Louisiana, New Orleans Passenger Lists (FamilySearch Historical Records)
|Access the Records|
Louisiana, New Orleans Passenger Lists, 1820-1945 .
|This article describes a collection of records at FamilySearch.org.|
|New Orleans, Louisiana, United States|
|Flag of the United States of America|
|Seal of the National Archives|
|Record Type||Passenger Lists|
|Microfilm Publication||M259. Passenger Lists of Vessels Arriving at New Orleans, 1820-1902. 93 rolls.|
|T905. Passenger and Crew Lists of Vessels Arriving at New Orleans, LA, 1910-1945. 189 rolls.|
|Arrangement||By date of arrival|
|National Archives Identifier||28249274492741|
|National Archives and Records Administration|
- 1 What is in the Collection?
- 2 Collection Content
- 3 What Can this Collection Tell Me?
- 4 How Do I Search the Collection?
- 5 What Do I Do Next?
- 6 Known Issues with This Collection
- 7 Citing this Collection
- 8 How Can I Contribute to the FamilySearch Wiki?
What is in the Collection?
This collection consists of lists of arrivals in New Orleans, Louisiana for the years 1820 to 1945. It corresponds to two NARA publications:
- Record Group 36 Records of the United States Customs Service
- M259: Passenger Lists of Vessels Arriving at New Orleans, Louisiana, 1820-1902 Covering January 1, 1820 to January 31, 1903
- Record Group 85 Records of the Immigration and Naturalization Service
- T905: Passenger Lists of Vessels Arriving at New Orleans, Louisiana, 1903-1945 Covering January 8, 1903-December 31, 1945
General Information About These Records
The passenger lists are digital copies of the original records. The earliest records are handwritten pages. Later records are usually handwritten on pre-printed pages. The records are arranged by the date of entry into port.
Passenger arrival lists known as customs manifests date back to 1820. Congressional action in 1891 resulted in federal immigration officials recording the immigrants’ arrival.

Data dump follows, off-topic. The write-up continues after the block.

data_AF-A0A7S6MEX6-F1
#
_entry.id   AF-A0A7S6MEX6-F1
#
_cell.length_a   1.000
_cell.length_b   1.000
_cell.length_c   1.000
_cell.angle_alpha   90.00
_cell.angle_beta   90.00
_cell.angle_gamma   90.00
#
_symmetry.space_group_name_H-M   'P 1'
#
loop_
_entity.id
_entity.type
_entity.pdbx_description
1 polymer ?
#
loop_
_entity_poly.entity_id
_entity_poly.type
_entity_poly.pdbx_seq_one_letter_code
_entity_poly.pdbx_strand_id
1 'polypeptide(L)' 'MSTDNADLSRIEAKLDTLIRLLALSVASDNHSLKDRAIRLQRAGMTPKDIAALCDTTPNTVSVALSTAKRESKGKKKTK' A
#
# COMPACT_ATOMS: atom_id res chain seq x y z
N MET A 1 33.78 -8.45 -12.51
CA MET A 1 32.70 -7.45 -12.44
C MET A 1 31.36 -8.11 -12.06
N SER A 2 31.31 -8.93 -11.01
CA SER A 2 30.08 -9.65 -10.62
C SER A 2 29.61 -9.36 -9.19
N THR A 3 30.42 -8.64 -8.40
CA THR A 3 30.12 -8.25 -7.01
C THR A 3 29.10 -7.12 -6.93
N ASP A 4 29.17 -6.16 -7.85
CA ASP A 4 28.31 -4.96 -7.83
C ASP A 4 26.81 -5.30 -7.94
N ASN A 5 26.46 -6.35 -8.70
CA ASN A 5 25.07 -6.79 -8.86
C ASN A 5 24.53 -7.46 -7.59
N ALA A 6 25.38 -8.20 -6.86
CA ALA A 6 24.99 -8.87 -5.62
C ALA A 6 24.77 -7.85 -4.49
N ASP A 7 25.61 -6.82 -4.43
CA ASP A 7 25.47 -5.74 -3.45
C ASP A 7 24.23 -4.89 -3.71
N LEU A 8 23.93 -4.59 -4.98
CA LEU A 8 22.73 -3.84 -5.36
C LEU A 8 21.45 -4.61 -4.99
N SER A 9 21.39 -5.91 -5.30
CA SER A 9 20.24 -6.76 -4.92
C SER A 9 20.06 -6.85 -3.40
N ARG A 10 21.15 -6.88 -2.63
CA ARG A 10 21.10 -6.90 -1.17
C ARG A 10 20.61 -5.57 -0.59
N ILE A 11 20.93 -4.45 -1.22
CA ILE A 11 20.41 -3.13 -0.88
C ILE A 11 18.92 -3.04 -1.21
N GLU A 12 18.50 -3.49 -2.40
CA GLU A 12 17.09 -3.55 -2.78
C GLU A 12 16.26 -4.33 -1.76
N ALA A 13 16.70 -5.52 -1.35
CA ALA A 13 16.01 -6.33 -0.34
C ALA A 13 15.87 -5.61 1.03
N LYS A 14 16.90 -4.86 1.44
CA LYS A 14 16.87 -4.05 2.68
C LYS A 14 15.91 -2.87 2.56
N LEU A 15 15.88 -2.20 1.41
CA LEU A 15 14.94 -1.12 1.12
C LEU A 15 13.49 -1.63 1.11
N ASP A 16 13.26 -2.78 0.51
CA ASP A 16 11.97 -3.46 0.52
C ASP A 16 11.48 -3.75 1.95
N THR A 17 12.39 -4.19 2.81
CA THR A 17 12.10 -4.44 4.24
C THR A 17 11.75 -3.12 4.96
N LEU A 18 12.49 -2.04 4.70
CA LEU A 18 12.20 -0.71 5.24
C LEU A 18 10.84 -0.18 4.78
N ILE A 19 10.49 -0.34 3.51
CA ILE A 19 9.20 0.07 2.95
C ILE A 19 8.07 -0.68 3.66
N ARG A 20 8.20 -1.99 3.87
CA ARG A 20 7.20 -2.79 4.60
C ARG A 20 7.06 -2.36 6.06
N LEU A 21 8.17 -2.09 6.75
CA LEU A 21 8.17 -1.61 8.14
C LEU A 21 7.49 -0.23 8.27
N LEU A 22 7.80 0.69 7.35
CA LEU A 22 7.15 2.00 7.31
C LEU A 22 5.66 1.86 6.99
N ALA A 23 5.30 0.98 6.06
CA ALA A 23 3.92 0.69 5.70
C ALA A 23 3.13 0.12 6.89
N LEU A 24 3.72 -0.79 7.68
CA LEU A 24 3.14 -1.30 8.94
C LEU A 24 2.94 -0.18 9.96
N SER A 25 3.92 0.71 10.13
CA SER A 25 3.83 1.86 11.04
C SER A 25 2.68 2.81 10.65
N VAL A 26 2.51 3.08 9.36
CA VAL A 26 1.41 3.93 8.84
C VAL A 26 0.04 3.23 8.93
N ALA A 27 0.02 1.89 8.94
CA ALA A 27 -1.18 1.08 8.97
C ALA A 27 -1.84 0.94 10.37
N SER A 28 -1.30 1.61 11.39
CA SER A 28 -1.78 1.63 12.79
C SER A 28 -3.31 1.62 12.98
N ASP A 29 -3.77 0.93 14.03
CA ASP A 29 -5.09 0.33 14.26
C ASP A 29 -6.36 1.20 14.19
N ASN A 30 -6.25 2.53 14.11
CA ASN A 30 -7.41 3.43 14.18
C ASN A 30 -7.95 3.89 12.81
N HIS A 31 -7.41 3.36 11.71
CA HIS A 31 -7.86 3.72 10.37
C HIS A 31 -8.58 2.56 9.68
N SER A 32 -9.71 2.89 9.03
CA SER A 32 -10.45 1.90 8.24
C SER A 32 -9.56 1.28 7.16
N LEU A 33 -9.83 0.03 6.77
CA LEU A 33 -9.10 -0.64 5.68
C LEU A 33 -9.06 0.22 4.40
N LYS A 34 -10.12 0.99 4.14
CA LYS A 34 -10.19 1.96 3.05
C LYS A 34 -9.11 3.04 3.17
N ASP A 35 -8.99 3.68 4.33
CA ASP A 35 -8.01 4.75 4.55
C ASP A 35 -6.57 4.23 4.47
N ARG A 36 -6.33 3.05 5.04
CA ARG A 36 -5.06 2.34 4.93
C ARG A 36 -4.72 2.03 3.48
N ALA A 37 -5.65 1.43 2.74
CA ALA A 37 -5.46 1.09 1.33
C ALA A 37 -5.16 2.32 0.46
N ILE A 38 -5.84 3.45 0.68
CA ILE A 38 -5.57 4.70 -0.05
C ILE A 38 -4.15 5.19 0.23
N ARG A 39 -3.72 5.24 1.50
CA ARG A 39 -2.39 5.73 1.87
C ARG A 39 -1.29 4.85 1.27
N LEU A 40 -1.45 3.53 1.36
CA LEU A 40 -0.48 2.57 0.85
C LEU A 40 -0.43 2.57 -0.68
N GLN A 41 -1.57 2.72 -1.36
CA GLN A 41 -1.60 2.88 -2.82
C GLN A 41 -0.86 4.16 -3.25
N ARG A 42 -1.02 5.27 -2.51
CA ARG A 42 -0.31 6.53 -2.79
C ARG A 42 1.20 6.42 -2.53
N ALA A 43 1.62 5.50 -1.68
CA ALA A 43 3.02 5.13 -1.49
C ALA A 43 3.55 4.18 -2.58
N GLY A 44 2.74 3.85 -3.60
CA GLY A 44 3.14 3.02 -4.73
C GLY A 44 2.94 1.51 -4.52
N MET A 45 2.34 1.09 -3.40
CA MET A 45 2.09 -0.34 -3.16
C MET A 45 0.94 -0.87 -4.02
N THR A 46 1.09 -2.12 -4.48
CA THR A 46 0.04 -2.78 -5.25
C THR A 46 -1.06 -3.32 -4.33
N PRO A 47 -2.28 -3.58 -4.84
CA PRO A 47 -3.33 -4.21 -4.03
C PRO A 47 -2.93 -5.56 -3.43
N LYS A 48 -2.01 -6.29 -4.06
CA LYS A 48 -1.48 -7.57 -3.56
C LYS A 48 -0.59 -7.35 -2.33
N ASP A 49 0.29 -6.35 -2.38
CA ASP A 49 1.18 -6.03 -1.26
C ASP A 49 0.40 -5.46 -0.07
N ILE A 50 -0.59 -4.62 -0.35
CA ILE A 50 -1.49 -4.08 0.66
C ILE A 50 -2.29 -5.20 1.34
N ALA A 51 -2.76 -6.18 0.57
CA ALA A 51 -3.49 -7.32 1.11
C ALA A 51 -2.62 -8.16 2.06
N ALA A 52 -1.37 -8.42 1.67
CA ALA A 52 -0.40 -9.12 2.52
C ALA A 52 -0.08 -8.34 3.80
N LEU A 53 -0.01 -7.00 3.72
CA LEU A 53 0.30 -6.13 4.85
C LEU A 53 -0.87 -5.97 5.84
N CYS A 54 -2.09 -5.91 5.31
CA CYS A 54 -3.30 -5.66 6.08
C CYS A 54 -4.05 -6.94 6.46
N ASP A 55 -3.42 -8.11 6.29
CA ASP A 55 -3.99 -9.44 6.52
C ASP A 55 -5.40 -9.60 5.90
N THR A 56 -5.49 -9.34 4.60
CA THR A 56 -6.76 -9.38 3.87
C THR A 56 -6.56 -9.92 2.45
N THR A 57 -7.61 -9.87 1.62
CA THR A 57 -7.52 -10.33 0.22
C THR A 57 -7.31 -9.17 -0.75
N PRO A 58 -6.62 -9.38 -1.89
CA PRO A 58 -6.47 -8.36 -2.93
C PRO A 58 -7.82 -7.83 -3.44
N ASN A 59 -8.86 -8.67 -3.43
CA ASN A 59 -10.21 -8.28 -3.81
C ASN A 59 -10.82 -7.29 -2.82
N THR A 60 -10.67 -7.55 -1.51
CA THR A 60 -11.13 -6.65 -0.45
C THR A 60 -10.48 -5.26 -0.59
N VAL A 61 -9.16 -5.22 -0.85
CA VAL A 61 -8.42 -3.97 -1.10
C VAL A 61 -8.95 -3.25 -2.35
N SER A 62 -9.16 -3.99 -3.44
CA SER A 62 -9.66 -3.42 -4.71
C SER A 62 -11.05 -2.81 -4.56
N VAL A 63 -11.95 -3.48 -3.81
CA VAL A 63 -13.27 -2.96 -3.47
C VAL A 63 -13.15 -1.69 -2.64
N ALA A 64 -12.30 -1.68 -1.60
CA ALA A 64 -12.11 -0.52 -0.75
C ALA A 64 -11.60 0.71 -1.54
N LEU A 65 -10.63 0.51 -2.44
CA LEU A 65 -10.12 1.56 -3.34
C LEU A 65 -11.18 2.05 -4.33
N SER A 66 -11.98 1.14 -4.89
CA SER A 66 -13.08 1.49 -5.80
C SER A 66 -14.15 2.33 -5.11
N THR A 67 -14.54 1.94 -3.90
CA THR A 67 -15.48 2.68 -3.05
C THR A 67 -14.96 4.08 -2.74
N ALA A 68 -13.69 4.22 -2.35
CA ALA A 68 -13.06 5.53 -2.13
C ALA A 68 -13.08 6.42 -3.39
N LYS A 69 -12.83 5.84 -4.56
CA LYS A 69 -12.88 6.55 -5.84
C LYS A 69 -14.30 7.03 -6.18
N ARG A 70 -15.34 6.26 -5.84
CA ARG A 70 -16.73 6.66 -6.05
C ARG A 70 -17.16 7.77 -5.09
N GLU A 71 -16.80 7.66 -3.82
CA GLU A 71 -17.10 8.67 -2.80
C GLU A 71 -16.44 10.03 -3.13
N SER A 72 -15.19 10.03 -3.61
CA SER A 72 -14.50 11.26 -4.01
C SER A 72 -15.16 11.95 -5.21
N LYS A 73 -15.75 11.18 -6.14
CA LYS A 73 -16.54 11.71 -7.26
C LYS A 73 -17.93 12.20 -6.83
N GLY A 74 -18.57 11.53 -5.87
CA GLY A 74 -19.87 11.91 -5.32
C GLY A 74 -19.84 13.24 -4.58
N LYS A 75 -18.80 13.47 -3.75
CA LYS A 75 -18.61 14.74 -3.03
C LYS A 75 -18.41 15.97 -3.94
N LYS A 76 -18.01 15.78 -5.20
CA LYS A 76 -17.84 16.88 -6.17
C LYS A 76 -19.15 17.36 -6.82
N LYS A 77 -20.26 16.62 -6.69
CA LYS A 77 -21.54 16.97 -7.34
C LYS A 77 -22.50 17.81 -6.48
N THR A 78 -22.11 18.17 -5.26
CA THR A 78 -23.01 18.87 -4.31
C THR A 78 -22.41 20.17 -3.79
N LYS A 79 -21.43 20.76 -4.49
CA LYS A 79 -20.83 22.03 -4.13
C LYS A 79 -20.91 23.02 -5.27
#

Arrival lists was used by legal authorities to gather personal information about immigrants prior to the person being allowed to live in the United States.
The information was supplied by the immigrant or a traveling companion (usually a family member). Incorrect information was occasionally given, or mistakes may have been made when the clerk guessed at the spelling of foreign names.
|You can browse through images in this collection by visiting the browse page for Louisiana, New Orleans Passenger Lists, 1820-1945.|
What Can this Collection Tell Me?
Passenger lists prior to 1906 generally include the following information:
- Date of arrival
- Port of embarkation
- Name of ship
Passenger lists after 1906 generally include the following information:
- Birth place
- Last permanent residence
- Name and address of relative or friend
- Port and date of entry
- Name of ship
How Do I Search the Collection?
To begin your search it is helpful to know:
- The full name of your ancestor.
- The approximate date of immigration.
If you do not know this information, check the census records after 1900.
Search by Name by visiting the Collection Page:
Fill in the requested information on the initial search page. This search will return a list of possible matches. Compare the information about those in the list to what you already know about your own ancestors to determine if this is the correct family or person. You may need to compare the information about more than one person to find your ancestor.
View images in this collection by visiting the Browse Page:
To search the collection you will need to follow this series of links:
⇒Select "Browse through images" on the initial collection page
⇒Select "Date Range"
⇒Select "Roll Number-Date Range" which takes you to the images Search the collection by image compare the information with what you already know about your ancestors to determine which one is your ancestor.
Be aware that with either search you may need to compare the information about more than one person to make this determination. Keep in mind:
- There may be more than one person in the records with the same name.
- You may not be sure of your own ancestor’s name.